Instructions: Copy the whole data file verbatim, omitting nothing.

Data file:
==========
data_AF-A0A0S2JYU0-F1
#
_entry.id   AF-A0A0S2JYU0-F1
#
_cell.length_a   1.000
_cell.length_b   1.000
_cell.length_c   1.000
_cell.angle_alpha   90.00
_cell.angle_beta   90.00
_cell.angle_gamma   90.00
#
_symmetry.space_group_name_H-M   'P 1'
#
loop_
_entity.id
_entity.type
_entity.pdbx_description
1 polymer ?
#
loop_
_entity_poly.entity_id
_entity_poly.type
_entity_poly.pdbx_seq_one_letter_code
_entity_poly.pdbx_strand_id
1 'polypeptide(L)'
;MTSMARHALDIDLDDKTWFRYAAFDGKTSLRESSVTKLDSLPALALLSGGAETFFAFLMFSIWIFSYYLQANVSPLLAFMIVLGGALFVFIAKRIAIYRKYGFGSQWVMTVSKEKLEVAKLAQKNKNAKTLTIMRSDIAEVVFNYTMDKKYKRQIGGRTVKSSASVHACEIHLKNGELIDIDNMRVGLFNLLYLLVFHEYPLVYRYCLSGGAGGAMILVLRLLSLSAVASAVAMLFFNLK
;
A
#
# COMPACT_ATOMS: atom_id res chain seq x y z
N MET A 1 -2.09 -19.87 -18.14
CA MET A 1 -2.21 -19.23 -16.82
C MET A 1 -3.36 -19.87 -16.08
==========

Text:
data_AF-A0A0S2JYU0-F1
#
_entry.id   AF-A0A0S2JYU0-F1
#
_cell.length_a   1.000
_cell.length_b   1.000
_cell.length_c   1.000
_cell.angle_alpha   90.00
_cell.angle_beta   90.00
_cell.angle_gamma   90.00
#
_symmetry.space_group_name_H-M   'P 1'
#
loop_
_entity.id
_entity.type
_entity.pdbx_description
1 polymer ?
#
loop_
_entity_poly.entity_id
_entity_poly.type
_entity_poly.pdbx_seq_one_letter_code
_entity_poly.pdbx_strand_id
1 'polypeptide(L)'
;MTSMARHALDIDLDDKTWFRYAAFDGKTSLRESSVTKLDSLPALALLSGGAETFFAFLMFSIWIFSYYLQANVSPLLAFMIVLGGALFVFIAKRIAIYRKYGFGSQWVMTVSKEKLEVAKLAQKNKNAKTLTIMRSDIAEVVFNYTMDKKYKRQIGGRTVKSSASVHACEIHLKNGELIDIDNMRVGLFNLLYLLVFHEYPLVYRYCLSGGAGGAMILVLRLLSLSAVASAVAMLFFNLK
;
A
#
# COMPACT_ATOMS: atom_id res chain seq x y z
N MET A 1 -2.09 -19.87 -18.14
CA MET A 1 -2.21 -19.23 -16.82
C MET A 1 -3.36 -19.87 -16.08